YOURS IN HEALING with Dr. Rachel Lys, DPT

There is a new approach to physical therapy following stroke

Dr. Rachel Lys

There is some new evident coming from Washington University in Missouri that I would like to share with all readers this month. This research considers new ways to help rehabilitate a patient who has suffered from a stroke. Typically A stroke occurs when either a clot or rupture in a blood vessel in the brain blocks the blood supply and stops the affected area from receiving the oxygen and nutrients that it needs to keep cells alive and working. Every year, around 140,000 people die from stroke in the United States, where it accounts for 1 out of every 20 deaths. The estimated cost of stroke — including medical care, drugs, and missed work days — is around $34 billion per year. Traditionally physical therapy after a stroke will consist of individuals receiving devices and therapeutic exercises, and interventions that help them to compensate for the disability. Constraint induced physical therapy was widely popular thirty years ago but has somewhat faded out of use. Constraint induced therapy is an approach involving tying the health limb down so the brain has to fire signals to the involved limb trying to get some recovery to occur and some function to resume if the limb was paralyzed due to the stroke.

The new approach is based on a different thinking of the brain and it’s ability to participate in the outcome. Current research is suggesting that we may be able to stimulate [stroke] recovery by temporarily vacating some brain real estate and making that region of the brain more plastic.
There are more than 6.5 million stroke survivors in the U.S. Thanks to the brain’s plasticity, or ability to adapt, many survivors naturally recover some amount of function. An example is a survivor who cannot move an arm at first but finds that a few days later, they can start to wiggle their fingers. If health care providers can begin to think of the brain function following stroke in a different light it maybe possible to recover more function then previously thought. The extent of recovery is closely linked to how well the brain remaps sensory and control functions from the damaged to the undamaged area.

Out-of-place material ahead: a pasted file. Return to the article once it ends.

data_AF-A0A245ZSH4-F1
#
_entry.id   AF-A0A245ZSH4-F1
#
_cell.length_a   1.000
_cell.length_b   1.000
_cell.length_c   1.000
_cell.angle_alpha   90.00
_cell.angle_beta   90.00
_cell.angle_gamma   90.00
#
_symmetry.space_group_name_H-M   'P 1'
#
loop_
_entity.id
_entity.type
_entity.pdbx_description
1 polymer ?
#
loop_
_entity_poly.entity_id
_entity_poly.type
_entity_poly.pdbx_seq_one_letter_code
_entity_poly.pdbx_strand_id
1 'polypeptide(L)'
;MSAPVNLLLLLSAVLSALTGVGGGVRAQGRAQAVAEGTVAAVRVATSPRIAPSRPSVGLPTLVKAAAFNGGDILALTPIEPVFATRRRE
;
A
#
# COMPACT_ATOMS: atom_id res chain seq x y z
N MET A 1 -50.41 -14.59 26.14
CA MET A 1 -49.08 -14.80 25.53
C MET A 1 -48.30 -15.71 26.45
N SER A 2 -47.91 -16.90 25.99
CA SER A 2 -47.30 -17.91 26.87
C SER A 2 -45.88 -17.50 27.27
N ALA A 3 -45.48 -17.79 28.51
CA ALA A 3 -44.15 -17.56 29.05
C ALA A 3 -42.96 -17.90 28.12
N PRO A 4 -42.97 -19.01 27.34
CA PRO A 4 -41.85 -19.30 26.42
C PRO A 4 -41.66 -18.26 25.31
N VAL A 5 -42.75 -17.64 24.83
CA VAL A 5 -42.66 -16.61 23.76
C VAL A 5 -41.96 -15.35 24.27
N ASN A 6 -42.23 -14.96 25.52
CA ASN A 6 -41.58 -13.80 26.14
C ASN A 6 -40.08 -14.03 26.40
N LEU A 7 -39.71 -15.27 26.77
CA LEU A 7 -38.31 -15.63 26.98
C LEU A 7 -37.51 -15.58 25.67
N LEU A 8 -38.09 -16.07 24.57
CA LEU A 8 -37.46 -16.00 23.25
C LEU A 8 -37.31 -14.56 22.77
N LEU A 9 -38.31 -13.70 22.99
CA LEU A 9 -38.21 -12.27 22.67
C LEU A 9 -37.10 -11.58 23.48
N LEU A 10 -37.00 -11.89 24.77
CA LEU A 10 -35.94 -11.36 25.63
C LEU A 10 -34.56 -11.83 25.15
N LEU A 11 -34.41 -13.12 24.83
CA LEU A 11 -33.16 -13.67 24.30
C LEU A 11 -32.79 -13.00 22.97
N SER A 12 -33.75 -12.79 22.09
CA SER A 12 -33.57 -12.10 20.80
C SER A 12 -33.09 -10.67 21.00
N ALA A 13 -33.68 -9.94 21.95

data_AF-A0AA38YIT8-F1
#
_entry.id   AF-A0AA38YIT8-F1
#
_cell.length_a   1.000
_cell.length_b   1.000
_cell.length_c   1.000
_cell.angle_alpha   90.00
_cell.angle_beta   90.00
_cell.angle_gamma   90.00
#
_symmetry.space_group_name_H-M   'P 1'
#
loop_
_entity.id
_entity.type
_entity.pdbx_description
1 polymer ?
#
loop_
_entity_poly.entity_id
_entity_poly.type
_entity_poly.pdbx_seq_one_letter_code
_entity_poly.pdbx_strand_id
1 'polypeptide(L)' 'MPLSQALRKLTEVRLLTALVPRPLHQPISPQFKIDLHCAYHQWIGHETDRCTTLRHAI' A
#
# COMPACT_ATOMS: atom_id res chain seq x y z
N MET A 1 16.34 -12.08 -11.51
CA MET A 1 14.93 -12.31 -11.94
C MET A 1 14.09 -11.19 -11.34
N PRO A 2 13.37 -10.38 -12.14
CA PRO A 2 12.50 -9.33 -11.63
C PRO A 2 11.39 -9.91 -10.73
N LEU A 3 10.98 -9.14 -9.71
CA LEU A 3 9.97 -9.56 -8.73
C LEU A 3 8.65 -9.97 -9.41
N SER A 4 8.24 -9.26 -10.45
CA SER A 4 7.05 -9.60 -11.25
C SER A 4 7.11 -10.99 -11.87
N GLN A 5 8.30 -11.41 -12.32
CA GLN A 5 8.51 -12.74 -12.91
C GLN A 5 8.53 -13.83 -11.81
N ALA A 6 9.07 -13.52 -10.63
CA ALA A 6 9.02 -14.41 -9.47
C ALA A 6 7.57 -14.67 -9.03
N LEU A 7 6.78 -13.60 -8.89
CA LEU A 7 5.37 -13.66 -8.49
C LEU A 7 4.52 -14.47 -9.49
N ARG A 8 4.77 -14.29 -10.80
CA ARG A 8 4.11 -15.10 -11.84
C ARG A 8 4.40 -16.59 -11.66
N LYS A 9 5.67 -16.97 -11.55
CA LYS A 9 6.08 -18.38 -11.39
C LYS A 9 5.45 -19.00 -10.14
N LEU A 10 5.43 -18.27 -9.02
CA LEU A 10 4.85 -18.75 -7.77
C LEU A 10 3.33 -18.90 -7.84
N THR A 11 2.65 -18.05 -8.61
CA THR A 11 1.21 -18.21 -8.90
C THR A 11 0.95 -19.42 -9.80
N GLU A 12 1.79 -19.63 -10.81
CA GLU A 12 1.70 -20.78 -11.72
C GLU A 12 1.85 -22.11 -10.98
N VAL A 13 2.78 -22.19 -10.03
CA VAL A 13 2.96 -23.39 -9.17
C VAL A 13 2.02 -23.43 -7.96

The approach that is begin suggested is referred to as sensory deprivation. It is often used in pediatric physical therapy with children who fall on the autistic spectrum. Sensory deprivation might be a way to free up real estate near a stroke-injured area, and if the brain would use this opportunity to remap the disabled functions to that area. Years past the thinking physical therapists used was that if motor function was gone from a limb the body would have to rely more heavily on the other senses, sight, hearing, touch and those senses would become dominate and stronger to make up for the lacking function. Now health professionals are being encouraged to treat a stroke different. Instead of working with the other senses if we restrict the other senses the brain will be forced to rewire and allowing the brain to come up with its own plan for attack and lead to a stronger more effective recovery. It sounds counter intuitive, why would we cover up a patients eyes when they are trying to learn to use there arm again? Wouldn’t that make recovery harder? Well yes and no. By not allowing the brain to use its other senses to assist recovery will be so hard. So hard that the brain has to find another way and it will with time and repetition. This is exciting for all stroke patients.

This approach to rehab following a stroke has the potential to change many peoples lives. There is much more research that still needs to be done. Currently studies on animals show promise but there have been no human studies with large enough patient samples to make this new thinking approach a hard and fast technique. This is exciting for the future of physical therapy and I hope you have enjoyed reading about how the brain can remap itself if restricted sense are applied.

As always, yours in Healing,
Dr. Rachel Lys, DPT